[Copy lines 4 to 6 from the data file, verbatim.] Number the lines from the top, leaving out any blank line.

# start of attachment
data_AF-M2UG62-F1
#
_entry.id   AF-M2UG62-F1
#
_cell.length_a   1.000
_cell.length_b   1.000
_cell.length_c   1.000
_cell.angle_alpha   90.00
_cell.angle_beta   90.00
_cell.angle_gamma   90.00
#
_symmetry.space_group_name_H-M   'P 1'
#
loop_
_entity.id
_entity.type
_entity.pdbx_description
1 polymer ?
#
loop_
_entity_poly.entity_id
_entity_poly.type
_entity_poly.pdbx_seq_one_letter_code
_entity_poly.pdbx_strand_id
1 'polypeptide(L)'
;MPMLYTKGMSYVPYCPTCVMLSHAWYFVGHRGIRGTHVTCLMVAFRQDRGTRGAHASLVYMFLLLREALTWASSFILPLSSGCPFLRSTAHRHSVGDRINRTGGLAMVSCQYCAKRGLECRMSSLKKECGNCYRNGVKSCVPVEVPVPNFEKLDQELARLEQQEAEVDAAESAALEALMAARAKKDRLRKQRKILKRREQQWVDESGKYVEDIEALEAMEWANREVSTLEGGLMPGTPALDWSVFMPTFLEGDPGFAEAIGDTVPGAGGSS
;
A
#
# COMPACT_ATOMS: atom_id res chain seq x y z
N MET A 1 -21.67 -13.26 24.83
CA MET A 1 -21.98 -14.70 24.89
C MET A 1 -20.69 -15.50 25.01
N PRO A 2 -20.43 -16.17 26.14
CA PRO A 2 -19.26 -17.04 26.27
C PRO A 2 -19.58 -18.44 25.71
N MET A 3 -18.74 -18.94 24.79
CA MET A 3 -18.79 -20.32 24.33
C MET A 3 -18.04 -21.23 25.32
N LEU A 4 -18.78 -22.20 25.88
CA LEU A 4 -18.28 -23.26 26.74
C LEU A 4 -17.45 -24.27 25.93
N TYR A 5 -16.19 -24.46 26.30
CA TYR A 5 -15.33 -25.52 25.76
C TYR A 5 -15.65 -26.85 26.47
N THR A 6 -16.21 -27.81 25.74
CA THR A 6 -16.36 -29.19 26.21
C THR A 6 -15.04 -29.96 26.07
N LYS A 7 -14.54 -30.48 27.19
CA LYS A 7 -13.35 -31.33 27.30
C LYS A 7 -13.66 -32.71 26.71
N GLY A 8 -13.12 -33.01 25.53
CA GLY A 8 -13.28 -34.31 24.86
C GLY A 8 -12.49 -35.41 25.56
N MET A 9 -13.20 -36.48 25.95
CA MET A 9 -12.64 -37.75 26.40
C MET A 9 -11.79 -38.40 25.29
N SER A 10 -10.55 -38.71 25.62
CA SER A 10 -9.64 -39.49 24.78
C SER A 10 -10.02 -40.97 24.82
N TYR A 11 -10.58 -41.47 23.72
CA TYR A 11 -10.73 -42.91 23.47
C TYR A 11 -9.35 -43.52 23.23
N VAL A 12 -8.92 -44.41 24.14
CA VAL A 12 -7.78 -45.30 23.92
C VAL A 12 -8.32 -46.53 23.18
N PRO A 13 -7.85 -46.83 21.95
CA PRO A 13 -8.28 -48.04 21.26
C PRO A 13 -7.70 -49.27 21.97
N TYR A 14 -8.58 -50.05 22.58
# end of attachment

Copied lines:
#
_cell.length_a   1.000
_cell.length_b   1.000